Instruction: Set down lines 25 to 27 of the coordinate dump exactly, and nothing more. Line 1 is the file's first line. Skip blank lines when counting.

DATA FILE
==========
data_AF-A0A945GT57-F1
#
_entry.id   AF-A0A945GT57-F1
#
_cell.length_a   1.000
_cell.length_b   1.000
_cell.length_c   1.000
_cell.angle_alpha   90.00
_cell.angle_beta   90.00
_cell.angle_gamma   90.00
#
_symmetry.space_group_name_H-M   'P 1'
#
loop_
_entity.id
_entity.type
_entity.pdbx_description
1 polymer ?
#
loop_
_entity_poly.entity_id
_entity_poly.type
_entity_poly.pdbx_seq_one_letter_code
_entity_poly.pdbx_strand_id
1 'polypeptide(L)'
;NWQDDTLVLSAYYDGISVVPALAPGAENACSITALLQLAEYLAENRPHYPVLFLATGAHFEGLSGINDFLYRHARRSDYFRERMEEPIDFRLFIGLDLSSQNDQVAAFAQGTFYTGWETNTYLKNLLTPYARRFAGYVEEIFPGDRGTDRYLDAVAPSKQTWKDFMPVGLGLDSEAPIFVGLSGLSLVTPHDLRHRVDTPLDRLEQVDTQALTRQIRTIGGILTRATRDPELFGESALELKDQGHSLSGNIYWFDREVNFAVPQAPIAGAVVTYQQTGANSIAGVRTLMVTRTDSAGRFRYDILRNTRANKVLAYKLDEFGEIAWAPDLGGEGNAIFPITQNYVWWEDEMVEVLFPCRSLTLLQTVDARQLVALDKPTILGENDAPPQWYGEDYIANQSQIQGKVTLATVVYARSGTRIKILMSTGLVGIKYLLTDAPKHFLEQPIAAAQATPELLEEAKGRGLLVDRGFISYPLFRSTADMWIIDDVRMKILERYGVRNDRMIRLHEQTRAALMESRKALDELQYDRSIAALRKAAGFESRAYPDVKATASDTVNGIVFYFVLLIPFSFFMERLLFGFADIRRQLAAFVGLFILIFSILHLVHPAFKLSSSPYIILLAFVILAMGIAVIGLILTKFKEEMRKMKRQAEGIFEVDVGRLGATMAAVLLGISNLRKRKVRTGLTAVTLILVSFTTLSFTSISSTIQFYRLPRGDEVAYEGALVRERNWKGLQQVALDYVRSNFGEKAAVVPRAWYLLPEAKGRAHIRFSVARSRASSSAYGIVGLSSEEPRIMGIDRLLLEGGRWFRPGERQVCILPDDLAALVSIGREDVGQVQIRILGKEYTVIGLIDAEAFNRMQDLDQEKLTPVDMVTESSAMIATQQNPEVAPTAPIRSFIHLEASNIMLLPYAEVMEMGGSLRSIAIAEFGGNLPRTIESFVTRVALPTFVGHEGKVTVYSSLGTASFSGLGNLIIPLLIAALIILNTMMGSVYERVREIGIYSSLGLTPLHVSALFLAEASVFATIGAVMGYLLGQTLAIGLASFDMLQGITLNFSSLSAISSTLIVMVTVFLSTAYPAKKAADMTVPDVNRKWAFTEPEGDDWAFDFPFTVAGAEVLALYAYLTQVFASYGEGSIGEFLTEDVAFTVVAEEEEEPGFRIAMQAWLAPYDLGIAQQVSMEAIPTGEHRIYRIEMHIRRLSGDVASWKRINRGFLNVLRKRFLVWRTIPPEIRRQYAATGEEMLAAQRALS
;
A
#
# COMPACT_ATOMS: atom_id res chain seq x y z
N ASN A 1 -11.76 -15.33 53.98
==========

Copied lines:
1 'polypeptide(L)'
;NWQDDTLVLSAYYDGISVVPALAPGAENACSITALLQLAEYLAENRPHYPVLFLATGAHFEGLSGINDFLYRHARRSDYFRERMEEPIDFRLFIGLDLSSQNDQVAAFAQGTFYTGWETNTYLKNLLTPYARRFAGYVEEIFPGDRGTDRYLDAVAPSKQTWKDFMPVGLGLDSEAPIFVGLSGLSLVTPHDLRHRVDTPLDRLEQVDTQALTRQIRTIGGILTRATRDPELFGESALELKDQGHSLSGNIYWFDREVNFAVPQAPIAGAVVTYQQTGANSIAGVRTLMVTRTDSAGRFRYDILRNTRANKVLAYKLDEFGEIAWAPDLGGEGNAIFPITQNYVWWEDEMVEVLFPCRSLTLLQTVDARQLVALDKPTILGENDAPPQWYGEDYIANQSQIQGKVTLATVVYARSGTRIKILMSTGLVGIKYLLTDAPKHFLEQPIAAAQATPELLEEAKGRGLLVDRGFISYPLFRSTADMWIIDDVRMKILERYGVRNDRMIRLHEQTRAALMESRKALDELQYDRSIAALRKAAGFESRAYPDVKATASDTVNGIVFYFVLLIPFSFFMERLLFGFADIRRQLAAFVGLFILIFSILHLVHPAFKLSSSPYIILLAFVILAMGIAVIGLILTKFKEEMRKMKRQAEGIFEVDVGRLGATMAAVLLGISNLRKRKVRTGLTAVTLILVSFTTLSFTSISSTIQFYRLPRGDEVAYEGALVRERNWKGLQQVALDYVRSNFGEKAAVVPRAWYLLPEAKGRAHIRFSVARSRASSSAYGIVGLSSEEPRIMGIDRLLLEGGRWFRPGERQVCILPDDLAALVSIGREDVGQVQIRILGKEYTVIGLIDAEAFNRMQDLDQEKLTPVDMVTESSAMIATQQNPEVAPTAPIRSFIHLEASNIMLLPYAEVMEMGGSLRSIAIAEFGGNLPRTIESFVTRVALPTFVGHEGKVTVYSSLGTASFSGLGNLIIPLLIAALIILNTMMGSVYERVREIGIYSSLGLTPLHVSALFLAEASVFATIGAVMGYLLGQTLAIGLASFDMLQGITLNFSSLSAISSTLIVMVTVFLSTAYPAKKAADMTVPDVNRKWAFTEPEGDDWAFDFPFTVAGAEVLALYAYLTQVFASYGEGSIGEFLTEDVAFTVVAEEEEEPGFRIAMQAWLAPYDLGIAQQVSMEAIPTGEHRIYRIEMHIRRLSGDVASWKRINRGFLNVLRKRFLVWRTIPPEIRRQYAATGEEMLAAQRALS
;